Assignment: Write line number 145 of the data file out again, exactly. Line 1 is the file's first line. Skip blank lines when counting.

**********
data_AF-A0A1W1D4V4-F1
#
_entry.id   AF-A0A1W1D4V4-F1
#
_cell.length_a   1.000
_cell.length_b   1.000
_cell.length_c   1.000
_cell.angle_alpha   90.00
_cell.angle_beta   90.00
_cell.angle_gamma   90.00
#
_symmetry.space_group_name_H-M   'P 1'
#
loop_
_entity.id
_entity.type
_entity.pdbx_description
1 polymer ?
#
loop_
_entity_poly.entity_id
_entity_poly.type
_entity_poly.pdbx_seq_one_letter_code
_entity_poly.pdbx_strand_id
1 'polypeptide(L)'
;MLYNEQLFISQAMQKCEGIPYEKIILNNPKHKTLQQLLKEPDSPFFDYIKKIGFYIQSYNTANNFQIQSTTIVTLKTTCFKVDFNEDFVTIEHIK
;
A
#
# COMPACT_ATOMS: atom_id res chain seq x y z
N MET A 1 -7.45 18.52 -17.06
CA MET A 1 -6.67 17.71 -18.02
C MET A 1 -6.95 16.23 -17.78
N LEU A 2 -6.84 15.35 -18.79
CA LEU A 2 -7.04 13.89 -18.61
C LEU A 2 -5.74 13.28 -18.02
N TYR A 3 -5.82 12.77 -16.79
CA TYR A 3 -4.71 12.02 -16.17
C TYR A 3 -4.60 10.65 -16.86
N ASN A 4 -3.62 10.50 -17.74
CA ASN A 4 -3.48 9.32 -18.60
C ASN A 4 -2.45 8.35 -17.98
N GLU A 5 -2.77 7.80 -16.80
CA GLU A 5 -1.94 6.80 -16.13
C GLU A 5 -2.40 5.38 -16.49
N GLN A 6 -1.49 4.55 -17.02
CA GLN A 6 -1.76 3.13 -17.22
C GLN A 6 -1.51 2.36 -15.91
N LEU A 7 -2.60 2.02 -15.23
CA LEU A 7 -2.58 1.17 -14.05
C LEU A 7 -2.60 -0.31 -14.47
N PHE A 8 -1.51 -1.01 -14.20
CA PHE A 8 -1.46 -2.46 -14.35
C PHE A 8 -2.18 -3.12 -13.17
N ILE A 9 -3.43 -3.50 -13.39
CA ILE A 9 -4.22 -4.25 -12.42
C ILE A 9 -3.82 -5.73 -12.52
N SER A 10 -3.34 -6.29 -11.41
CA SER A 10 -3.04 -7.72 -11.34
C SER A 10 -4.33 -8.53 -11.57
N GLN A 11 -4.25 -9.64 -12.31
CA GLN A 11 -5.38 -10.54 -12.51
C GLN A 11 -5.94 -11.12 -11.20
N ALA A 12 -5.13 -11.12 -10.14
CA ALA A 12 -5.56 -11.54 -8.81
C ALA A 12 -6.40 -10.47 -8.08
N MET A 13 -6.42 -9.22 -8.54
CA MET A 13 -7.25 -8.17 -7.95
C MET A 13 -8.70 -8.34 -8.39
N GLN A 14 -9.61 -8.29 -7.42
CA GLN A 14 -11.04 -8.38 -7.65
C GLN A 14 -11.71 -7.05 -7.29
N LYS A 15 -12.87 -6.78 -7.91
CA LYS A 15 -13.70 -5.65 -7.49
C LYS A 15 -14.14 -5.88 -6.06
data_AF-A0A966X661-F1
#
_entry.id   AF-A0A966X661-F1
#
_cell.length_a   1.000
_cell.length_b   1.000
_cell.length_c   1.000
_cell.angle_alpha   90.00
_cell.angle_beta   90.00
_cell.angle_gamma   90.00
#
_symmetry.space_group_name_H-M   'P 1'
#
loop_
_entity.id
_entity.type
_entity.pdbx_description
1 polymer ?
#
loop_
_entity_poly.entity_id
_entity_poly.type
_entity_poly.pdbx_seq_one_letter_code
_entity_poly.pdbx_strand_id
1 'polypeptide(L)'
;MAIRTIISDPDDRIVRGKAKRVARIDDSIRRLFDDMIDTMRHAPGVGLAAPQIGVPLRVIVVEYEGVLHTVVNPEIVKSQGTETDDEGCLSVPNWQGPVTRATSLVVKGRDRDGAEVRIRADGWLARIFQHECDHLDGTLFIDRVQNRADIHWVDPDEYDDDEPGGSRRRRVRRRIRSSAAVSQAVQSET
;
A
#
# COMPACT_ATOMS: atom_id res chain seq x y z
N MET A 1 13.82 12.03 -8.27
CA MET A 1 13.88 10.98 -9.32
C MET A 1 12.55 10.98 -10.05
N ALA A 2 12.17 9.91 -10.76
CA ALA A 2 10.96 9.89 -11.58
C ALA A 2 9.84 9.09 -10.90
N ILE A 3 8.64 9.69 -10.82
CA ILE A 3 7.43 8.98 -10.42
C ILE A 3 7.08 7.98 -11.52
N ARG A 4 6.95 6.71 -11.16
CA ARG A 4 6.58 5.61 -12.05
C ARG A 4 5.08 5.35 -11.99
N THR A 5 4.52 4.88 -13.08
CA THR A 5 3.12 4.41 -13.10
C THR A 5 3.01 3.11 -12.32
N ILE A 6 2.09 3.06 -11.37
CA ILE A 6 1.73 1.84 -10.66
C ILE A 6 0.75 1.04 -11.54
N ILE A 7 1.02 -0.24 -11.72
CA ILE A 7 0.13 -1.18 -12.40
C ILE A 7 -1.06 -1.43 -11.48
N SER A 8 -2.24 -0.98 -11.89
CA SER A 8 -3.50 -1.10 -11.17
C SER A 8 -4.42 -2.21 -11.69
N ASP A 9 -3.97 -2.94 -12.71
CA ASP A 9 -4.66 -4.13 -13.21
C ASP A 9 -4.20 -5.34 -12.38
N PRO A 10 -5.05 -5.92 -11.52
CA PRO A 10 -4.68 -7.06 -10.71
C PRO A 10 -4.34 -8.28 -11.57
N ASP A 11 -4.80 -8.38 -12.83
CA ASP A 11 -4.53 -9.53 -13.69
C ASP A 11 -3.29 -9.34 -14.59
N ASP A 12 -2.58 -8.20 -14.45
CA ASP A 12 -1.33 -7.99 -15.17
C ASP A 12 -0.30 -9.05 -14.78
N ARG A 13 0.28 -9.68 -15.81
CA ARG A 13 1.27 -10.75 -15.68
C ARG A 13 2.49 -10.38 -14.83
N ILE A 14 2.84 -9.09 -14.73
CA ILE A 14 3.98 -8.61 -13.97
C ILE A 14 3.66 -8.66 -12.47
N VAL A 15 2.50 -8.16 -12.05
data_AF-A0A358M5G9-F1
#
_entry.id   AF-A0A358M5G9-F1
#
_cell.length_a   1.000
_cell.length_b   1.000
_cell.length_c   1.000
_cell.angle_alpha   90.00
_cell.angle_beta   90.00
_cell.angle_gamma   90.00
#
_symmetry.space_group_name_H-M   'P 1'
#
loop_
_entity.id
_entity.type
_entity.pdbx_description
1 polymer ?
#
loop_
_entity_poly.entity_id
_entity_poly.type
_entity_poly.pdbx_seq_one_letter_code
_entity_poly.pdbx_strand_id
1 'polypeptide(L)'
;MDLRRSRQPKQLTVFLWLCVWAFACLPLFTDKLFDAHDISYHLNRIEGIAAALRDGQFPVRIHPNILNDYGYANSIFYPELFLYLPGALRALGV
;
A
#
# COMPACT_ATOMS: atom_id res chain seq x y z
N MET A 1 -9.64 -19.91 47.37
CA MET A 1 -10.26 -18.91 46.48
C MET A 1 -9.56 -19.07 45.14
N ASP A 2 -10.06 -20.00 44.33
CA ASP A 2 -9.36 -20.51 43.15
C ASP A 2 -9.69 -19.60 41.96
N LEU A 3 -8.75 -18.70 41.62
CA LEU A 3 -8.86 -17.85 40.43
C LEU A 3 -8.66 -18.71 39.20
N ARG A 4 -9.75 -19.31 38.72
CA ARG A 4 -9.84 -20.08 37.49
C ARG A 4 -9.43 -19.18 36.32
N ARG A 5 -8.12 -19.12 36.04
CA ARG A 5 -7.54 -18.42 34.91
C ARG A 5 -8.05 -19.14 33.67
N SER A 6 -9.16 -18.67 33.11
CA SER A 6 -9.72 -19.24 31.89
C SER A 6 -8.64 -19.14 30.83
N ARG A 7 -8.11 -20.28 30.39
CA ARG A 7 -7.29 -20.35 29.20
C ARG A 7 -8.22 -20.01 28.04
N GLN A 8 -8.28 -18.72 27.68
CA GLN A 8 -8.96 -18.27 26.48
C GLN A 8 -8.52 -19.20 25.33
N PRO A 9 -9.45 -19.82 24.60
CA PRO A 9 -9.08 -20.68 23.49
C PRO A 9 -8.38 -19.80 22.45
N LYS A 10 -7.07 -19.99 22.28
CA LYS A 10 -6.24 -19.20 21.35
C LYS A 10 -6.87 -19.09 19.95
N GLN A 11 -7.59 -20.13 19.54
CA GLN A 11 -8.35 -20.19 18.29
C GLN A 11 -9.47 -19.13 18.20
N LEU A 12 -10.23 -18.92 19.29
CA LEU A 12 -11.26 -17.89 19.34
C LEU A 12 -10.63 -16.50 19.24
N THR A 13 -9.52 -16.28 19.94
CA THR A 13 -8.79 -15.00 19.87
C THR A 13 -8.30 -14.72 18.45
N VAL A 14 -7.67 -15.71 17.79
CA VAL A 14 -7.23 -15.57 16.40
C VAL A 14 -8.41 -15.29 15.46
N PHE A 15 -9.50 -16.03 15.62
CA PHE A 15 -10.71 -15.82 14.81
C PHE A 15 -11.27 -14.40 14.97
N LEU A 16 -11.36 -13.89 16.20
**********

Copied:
N ILE A 14 2.84 -9.09 -14.73